Review Summary: While not as good as their debut, Hope is yet another terrific release by one of the best modern doom metal bands around.
Hope springs eternal.
When Alexander Pope strung those three words together way back in the 1700s, he would have no idea what these words would come to mean. Hope is one of the most important feelings in the human body. It is what keeps us going, even in times of hardship.
Perhaps Swallow The Sun needed hope. After their debut, The Morning Never Came, heralded as one of the best albums to hit the doom metal scene, they followed it up with Ghosts Of Loss. Ghosts Of Loss was, well...disappointing. After the grandiose of their debut, Ghosts Of Loss seemed forced, bland, whatever you want to call it. Simply put, Ghosts Of Loss could be compared to Devil May Cry 2 (the videogame): a dropped ball of epic proportions.
Well, maybe I’m being too harsh on that album, but the fact of the matter is, Swallow The Sun didn’t lose hope. Perhaps that is why they christened their new album with that simple, four letter word that is more important than anything else in our lives. Would their hope stay true? Would the new album be better than their last.
Yes, and yes.
Hope is a mammoth of an album, and miles better than Ghosts Of Loss. Everything that was good about their debut makes a return here, including the production (I found GOL’s production to be muddy), the songwriting, and most importantly, the keyboards. The keyboards here play a more prominent role than they ever have, and serve to make the music that much more epic. Take a song like These Hours Of Despair
. The verses consist of a single C chord in a palm muted pattern. It would be boring by itself. However, the amount of feckin’ layering on the keyboards make it sound interesting, much more than it would if the guitar was playing something more complicated.
Vocalist Mikko has VASTLY improved each release. The vocal performance he turns in here is nothing short of superb. Where on The Morning Never Came, his vocals were obviously distorted, here they aren’t as much, which lends the growls to come out much better. Mikko’s growls and shrieks are good because they convey a feeling of pure torture, and they fit the desolate atmosphere of the music very well. He experiments much more with layering his vocals this time around, again lending another layer to the music. And finally, his singing. I like the contrast between his heavy as hell growls and his...shall we say, subdued singing voice. There is more singing on this release as well, which I love. It gives the music a much better feel. For example, the title track starts with an intro that gradually builds and builds, to give way to a very light verse. Mikko’s singing fits it perfectly, and serves to make the chorus (where everything kicks back in) that much heavier.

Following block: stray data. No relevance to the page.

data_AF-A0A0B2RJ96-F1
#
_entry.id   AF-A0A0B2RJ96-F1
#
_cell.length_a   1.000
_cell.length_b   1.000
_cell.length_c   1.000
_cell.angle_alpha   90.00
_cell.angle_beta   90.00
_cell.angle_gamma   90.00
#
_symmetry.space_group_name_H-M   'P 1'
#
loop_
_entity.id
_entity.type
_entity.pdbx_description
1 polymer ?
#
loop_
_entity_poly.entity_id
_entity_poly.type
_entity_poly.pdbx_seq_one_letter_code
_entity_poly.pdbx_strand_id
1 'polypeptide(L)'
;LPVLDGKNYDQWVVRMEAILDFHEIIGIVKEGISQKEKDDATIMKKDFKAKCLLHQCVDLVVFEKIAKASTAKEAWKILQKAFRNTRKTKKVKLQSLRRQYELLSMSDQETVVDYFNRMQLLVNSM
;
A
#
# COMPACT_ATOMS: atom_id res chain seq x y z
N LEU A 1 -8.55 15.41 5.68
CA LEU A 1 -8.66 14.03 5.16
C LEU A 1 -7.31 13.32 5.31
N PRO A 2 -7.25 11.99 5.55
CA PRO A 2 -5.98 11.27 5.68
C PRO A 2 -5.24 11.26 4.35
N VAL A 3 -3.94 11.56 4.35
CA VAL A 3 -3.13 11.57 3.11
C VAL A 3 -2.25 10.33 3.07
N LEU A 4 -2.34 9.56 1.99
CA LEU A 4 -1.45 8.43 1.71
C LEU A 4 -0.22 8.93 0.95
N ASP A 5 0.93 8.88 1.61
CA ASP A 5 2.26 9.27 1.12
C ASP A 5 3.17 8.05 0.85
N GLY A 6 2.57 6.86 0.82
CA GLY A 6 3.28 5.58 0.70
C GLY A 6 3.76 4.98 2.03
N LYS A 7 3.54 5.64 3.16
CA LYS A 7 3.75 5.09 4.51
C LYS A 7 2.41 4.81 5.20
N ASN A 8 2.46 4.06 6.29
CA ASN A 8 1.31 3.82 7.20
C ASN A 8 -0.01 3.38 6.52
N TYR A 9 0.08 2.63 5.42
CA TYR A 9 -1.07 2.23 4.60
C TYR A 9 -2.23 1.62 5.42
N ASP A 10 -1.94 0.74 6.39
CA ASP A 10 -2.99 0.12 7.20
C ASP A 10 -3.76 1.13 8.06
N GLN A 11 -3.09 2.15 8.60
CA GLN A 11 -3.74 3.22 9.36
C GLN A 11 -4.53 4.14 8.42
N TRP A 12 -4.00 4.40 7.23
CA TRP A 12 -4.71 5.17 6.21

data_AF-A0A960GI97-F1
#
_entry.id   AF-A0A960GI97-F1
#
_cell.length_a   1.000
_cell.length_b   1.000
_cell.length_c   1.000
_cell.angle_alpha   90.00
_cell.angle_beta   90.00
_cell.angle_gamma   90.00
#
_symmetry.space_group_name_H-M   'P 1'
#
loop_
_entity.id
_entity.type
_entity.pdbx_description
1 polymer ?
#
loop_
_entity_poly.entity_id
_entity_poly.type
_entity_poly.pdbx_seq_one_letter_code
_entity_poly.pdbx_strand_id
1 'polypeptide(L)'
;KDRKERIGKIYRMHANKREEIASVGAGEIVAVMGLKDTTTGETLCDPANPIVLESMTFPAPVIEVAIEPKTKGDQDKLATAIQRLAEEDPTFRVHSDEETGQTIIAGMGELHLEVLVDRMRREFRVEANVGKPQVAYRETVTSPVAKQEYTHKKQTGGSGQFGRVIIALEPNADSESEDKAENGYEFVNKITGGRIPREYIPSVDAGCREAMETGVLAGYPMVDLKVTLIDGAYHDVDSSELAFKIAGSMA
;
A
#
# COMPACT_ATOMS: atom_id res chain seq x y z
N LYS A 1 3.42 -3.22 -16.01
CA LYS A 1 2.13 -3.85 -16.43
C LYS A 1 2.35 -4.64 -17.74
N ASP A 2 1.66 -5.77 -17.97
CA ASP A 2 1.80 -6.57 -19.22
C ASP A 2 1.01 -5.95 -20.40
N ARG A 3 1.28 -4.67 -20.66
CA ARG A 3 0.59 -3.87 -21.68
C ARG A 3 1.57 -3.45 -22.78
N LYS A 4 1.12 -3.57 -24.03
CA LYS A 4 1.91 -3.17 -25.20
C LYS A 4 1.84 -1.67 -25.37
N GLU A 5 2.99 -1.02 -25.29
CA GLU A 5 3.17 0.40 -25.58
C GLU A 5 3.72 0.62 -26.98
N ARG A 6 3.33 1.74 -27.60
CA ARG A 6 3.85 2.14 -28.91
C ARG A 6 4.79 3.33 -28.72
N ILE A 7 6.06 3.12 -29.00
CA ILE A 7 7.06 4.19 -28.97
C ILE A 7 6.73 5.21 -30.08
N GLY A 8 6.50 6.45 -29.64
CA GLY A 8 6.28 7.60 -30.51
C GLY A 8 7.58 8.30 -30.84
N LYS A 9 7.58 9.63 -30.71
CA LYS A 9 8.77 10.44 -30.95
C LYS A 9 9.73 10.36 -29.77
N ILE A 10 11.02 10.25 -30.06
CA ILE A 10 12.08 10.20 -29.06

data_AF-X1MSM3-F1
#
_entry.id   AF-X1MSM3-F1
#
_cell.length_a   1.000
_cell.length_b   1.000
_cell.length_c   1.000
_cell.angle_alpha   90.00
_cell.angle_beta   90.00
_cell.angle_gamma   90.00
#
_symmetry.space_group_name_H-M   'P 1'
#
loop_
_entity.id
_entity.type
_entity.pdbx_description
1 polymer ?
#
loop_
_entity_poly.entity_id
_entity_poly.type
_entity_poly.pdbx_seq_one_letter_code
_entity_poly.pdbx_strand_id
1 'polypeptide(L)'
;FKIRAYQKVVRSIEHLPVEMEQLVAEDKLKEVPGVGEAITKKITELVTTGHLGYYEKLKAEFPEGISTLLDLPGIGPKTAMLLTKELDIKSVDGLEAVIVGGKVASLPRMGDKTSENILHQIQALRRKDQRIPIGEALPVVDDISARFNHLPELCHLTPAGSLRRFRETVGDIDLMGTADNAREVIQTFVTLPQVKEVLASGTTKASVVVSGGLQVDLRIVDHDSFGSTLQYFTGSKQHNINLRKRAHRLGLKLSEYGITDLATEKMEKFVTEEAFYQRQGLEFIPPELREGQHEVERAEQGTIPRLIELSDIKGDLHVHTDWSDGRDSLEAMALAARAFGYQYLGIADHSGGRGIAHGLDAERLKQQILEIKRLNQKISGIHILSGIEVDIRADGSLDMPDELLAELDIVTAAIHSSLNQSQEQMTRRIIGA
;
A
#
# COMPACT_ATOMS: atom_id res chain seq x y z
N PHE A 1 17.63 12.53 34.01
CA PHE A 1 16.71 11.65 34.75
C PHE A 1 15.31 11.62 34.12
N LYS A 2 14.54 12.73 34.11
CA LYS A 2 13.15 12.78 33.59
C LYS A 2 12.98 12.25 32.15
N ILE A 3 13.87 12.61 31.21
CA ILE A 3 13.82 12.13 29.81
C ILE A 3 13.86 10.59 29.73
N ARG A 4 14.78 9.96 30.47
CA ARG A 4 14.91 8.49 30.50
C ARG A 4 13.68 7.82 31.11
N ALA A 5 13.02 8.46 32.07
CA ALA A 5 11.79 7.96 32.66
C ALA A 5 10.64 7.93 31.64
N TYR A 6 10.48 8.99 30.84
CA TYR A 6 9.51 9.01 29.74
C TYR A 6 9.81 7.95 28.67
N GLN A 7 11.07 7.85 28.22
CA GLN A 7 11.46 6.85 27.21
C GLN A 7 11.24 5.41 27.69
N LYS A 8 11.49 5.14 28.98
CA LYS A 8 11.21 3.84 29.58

Nearly every song on this album is terrific. The first single, Don’t Fall Asleep
, is a lighter song than most of the songs Swallow The Sun has written, and the intro is almost in a MAJOR key. It’s still very sad, but the intro threw me for a loop the first time I listened to it. The verses are beautiful, showcasing Mikko’s singing talent and the way his voice interplays with the guitar and piano.
Tracks like the title track, No Light, No Hope
and The Empty Skies
show how far the band has come with blending and layering the keyboards with downtuned guitars, creating an unparalleled atmosphere of despair and moroseness. Honestly, the moments on here even rival those on The Morning Never came and surpass them at times as well. The Empty Skies
also contains something new to Swallow The Sun: a black metal rasp. Kind of. It’s not the traditional black metal style that you so often hear, but there’s definitely elements of black metal in it.
Finally, we get to what I consider to be 2 of the heaviest tracks on the album (they’re also 2 of my favorites). The aforementioned These Hours Of Despair
is definitely the fastest song Swallow The Sun has ever written. From the second the needle drops with a slide, the song never lets up. It’s heavy, it’s crushing, and it immerses you in a sea of despair. Layering abounds on this track, and makes it one of the best songs Swallow The Sun has ever done.
In contrast, These Low Lands
(which doesn’t appear to be on the regular release of the album) is much, MUCH slower. It’s at a more traditional doom metal pace, ie slow as all hell, but it also displays the heaviness of the band and the importance of the keyboards. The vocal performance on here is ridiculously good, possibly the best on the album. The interplay between the growls, the screams, and the singing is unmatched, and serves to make a simple song structure that much better.
All this praise deserves to make it one of the best albums ever, right? While it’s true that the album is very, VERY good (I think one of the best of 2007 so far, though I think After Forever’s upcoming album eclipses it), you’ve heard it before. When The Morning Never Came was released, it was something completely new in the scene, hence why it was so good. 3 releases later, and one starts to notice the recycled riffs and song structures on here. While the band does a good job of disguising them, every so often there’s a moment of deja vu, the feeling that yeah, I HAVE heard this before. I’d never want the band to change how they write. I’d just like to see them step outside of the box a little bit more.
However, don’t let that discourage you from buying this album. It’s a masterpiece in its own right. The atmosphere the album creates is some of the best they’ve done, and the music is top notch. If you’re a fan, you’d do yourself a great disservice to pass this up. Even if you’re not, you’d still be doing a great disservice. You’d be passing up one of the best doom metal bands around today. And one can’t have Swallow The Sun lose hope.
These Hours Of Despair
Don’t Fall Asleep
The Empty Skies
These Low Lands